When the baby disappeared, that was a lot worse. A newborn, Al and Connie Mitchell’s first. He was only about a week old, home fresh from the hospital. It was like the Lindbergh kidnapping all over again. Only this time, there was no ladder up to his room, no ransom request, and no arrest. It was horrible. State cops came in, gave Al this really hard time, like he did it—killed and hid his own kid. The cops dug up their yard, questioned all the neighbors. The FBI showed up too, if you can believe it, all the way out here, but nothing was found by way of evidence. No fingerprints, no blood stains, nothing.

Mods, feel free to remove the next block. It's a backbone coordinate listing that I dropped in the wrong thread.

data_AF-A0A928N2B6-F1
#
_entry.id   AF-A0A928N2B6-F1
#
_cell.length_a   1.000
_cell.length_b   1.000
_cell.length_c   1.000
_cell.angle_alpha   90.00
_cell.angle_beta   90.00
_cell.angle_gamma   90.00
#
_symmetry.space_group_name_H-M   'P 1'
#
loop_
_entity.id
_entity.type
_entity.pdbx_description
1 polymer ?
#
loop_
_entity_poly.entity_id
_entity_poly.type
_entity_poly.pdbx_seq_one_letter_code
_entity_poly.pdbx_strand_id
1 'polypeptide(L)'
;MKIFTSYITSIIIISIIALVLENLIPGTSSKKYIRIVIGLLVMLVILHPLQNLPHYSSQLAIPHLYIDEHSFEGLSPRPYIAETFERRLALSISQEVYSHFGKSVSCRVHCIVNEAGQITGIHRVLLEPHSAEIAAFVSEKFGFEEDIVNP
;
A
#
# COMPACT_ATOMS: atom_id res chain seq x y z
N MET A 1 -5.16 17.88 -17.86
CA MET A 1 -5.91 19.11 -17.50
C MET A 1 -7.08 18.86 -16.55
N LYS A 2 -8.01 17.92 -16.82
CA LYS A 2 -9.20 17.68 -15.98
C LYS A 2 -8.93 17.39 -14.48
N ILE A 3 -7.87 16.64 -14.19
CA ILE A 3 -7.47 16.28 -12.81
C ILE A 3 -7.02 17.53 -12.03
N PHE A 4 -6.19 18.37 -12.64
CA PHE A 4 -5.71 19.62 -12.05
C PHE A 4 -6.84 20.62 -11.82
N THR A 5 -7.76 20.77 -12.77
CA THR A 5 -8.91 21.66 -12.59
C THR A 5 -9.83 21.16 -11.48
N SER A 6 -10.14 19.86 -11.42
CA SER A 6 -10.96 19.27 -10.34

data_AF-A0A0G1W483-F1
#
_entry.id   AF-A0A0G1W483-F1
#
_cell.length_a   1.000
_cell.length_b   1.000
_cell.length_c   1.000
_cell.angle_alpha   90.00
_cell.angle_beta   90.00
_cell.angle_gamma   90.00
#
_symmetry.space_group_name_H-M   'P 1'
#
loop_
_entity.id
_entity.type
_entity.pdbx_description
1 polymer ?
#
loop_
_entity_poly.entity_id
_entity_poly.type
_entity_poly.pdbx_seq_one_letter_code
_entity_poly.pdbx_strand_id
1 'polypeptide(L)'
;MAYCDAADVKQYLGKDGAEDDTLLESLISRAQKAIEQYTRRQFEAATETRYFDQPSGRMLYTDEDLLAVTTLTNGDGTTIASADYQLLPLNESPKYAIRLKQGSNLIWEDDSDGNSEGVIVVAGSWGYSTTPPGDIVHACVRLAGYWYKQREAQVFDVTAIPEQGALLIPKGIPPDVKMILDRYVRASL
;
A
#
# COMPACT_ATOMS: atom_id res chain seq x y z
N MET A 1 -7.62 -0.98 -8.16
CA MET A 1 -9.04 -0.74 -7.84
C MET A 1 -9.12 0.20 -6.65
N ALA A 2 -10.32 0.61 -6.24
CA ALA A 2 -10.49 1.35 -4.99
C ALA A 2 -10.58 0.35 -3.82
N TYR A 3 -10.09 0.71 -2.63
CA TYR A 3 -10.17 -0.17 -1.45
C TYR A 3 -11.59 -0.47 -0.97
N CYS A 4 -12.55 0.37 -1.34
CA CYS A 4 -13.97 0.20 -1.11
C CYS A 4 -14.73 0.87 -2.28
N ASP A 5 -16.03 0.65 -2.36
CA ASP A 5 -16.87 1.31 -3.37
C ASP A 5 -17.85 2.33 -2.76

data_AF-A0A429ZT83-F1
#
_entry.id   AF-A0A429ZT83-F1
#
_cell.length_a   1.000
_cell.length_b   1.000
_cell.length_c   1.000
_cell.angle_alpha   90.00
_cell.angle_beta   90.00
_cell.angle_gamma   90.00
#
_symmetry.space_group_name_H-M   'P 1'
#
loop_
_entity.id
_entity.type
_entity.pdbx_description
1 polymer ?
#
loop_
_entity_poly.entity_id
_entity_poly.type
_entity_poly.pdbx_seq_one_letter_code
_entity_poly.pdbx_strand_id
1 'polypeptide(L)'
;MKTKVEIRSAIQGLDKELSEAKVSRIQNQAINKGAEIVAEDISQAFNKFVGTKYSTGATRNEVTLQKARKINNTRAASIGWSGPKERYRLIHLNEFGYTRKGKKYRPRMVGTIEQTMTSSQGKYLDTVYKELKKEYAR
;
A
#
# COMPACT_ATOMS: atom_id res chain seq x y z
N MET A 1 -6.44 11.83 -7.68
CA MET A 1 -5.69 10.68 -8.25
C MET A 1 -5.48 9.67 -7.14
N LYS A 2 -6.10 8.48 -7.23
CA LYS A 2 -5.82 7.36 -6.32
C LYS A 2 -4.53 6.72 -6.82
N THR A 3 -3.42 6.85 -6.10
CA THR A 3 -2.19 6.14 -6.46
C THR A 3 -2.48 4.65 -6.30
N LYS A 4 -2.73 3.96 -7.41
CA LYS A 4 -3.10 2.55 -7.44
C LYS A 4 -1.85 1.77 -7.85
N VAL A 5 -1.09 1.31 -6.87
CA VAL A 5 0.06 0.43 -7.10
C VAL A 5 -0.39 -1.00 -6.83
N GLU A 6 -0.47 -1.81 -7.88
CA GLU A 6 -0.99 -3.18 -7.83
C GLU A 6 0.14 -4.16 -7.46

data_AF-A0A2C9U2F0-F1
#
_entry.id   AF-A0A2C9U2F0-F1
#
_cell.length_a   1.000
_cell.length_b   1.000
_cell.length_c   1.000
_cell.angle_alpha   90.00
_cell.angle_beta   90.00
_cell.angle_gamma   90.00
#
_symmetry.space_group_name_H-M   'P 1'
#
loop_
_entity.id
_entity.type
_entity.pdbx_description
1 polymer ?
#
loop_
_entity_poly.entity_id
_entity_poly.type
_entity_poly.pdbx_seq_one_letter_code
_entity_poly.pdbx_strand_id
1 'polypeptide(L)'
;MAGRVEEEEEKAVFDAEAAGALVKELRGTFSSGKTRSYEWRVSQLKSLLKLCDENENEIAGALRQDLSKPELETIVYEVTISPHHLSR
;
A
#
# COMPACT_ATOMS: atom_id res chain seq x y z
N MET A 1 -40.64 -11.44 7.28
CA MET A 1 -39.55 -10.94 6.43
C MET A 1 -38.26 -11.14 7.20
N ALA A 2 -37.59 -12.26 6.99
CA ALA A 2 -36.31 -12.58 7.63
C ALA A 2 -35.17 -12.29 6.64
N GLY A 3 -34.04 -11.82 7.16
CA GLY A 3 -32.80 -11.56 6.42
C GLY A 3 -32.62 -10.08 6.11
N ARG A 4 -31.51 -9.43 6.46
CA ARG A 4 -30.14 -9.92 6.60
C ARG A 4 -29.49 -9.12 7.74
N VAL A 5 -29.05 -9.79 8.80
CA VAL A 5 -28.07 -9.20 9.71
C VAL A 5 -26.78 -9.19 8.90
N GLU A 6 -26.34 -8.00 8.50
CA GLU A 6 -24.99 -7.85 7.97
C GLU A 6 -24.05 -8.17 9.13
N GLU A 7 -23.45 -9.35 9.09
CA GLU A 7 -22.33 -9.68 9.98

Kim and Mike had been going steady all year. Mike had a brand new Trans Am, cherry red, with the black firebird design on the hood. It was a real beauty, and he’d put in some long hours at his dad’s store to earn it. Anyway, what he liked most about it was that he could drive Kim anywhere she wanted to go. Across the state line for booze, mostly. Though I had heard they’d driven all the way to the Falls in one night, just to see the sunrise, for their first month’s anniversary. That’s the kind of stuff they did. Crazy romantics. Everybody took it for granted that they would get married when they graduated. They did find the car, eventually. Way out in Hickcock’s pasture, over by Millville. Nobody could understand that. It wasn’t on the way to either of their houses, and just about as far from the main road as you could get. The paper wrote it up in very technical language, but you knew what they meant. “Signs of a struggle,” “evidence of physical injury”—in layman’s terms, it was kind of a mess inside, and there was blood. Maybe Mike’s. Maybe Kim’s. Maybe both.